First up, Don't Look Now a collection of weird short stories by Daphne Du Maurier:
This is a collection of five long short stories, so I'll briefly outline each one.
1) Don't Look Now is set in Venice and concerns a couple, Laura and John, who have recently lost a young daughter. The husband hopes the holiday will help to heal his wife's grief. While eating in a restaurant one night they notice two sisters, one of whom is blind. The sister who can see tells Laura that her blind sister can see their dead daughter at the table with them and that she is happy. Laura is convinced by what the sisters say but John is highly sceptical. From then on events spiral right out of control. This was a powerful story of loss and grief and how we each deal with it differently. There's a strong sense of Venice, even though I've not been there I was able to see it very clearly. I like the strangeness of the tale, it was made into a film in the 1970s which I didn't like half as much as the written story.
2) Not After Midnight is set on the island of Crete. A schoolmaster takes a holiday on Crete in order to paint. He's not happy with the accommodation he's given and forces the management to let him have a chalet that's not supposed to be in use until later in the year. The management are unexpectedly cagey about letting him have the chalet which is away from the main buildings, on the edge of the sea. Apparently the previous occupant died in mysterious circumstances. Across the inlet a couple have another chalet and the obnoxious husband invites him over but 'not after midnight'. The schoolmaster soon realises that there is something very odd indeed about the couple. This one held my interest from the beginning with it's meandering explanation of what happened to the main protagonist and how trouble found him even though he wasn't looking for it. The story, although set in the 1970s, had quite an old-fashioned feel to it... almost in the style of H.P Lovecraft I thought. Excellent... though the ending was a bit weak.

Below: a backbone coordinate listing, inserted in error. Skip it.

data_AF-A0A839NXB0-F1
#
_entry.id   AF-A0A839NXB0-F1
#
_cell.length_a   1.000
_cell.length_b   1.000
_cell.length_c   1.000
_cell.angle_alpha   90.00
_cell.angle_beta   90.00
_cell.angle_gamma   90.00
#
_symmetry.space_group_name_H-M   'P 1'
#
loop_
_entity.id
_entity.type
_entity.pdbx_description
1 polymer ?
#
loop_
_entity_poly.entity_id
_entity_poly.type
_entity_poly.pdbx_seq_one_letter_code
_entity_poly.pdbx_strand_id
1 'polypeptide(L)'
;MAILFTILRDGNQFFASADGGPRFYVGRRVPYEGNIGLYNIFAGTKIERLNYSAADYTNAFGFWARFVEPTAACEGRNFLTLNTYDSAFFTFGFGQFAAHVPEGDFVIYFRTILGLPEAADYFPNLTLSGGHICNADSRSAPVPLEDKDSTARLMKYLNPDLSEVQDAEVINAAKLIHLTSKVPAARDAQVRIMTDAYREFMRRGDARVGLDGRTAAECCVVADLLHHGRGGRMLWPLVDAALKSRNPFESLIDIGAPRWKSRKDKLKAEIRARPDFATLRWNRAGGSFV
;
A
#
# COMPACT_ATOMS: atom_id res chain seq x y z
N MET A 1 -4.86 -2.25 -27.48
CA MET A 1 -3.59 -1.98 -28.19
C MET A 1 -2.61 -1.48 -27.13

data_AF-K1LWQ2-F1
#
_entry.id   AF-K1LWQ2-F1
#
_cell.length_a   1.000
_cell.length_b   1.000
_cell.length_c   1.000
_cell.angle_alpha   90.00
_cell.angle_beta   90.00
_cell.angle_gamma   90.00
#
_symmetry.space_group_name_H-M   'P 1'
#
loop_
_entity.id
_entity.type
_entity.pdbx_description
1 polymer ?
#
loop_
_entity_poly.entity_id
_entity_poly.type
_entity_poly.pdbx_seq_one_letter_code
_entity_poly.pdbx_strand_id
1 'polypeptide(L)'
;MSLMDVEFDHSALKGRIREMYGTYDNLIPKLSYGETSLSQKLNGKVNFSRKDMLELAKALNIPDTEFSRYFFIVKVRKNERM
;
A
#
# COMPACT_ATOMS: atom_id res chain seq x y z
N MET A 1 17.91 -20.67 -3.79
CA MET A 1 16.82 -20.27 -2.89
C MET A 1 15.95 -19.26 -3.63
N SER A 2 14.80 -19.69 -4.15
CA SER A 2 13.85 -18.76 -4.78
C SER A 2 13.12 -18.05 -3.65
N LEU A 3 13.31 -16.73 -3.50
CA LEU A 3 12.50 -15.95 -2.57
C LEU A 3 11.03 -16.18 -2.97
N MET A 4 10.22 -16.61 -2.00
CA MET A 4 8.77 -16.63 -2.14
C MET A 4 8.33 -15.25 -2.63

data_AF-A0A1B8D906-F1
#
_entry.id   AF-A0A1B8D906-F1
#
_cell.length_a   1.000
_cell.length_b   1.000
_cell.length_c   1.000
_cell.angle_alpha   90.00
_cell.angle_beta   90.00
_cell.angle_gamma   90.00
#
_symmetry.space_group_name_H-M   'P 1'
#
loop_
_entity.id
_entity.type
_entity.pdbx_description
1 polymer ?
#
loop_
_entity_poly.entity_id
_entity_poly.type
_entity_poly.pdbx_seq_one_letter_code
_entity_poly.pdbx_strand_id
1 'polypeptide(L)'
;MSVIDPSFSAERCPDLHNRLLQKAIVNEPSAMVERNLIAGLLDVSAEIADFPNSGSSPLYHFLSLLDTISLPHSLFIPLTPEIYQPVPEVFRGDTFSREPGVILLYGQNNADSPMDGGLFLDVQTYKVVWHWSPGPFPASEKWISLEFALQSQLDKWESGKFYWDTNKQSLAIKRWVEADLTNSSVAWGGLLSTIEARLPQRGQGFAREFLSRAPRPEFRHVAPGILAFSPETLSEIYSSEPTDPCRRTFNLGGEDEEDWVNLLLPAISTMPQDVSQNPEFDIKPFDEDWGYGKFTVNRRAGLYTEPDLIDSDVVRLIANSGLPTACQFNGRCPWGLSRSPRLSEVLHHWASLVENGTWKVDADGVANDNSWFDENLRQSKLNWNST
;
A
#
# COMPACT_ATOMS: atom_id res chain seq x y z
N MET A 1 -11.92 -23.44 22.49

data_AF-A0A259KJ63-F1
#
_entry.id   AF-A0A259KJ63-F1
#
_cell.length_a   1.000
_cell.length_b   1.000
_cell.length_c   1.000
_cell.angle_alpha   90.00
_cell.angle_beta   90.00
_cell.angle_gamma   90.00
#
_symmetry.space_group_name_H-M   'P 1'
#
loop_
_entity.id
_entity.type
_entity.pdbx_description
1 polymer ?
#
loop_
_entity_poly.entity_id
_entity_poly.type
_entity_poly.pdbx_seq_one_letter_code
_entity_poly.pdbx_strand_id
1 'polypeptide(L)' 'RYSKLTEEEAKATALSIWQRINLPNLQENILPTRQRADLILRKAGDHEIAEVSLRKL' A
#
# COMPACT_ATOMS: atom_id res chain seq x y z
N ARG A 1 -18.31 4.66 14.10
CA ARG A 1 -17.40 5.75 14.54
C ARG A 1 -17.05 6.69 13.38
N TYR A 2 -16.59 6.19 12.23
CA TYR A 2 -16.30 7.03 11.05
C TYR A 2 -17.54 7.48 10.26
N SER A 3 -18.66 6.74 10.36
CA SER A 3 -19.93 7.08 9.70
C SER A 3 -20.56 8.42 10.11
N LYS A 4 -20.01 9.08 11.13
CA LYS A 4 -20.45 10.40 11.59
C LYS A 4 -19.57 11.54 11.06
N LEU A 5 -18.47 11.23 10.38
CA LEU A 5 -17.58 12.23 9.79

3) A Border-line Case. Actress, Shelagh, is at home helping to care for her dying father. She's alone in the house with him, staring out of the window when he sits up straight, stares at her, utters a few words and keels over, dead. After the funeral, Shelagh decides to go to Ireland to look up an old friend of her father's that he had lost touch with. Nick lives on an island in the middle of a lake and Shelagh decides to pose as a journalist in order to gain admittance to the home of this recluse. Her plan works but not before she becomes very concerned for her own safety. What's going on here? A nicely written 'Mary Stewart' sort of story with two twists, one of which I guessed from the beginning, the other not at all. I liked this story as well, although I did question the morality of the main characters.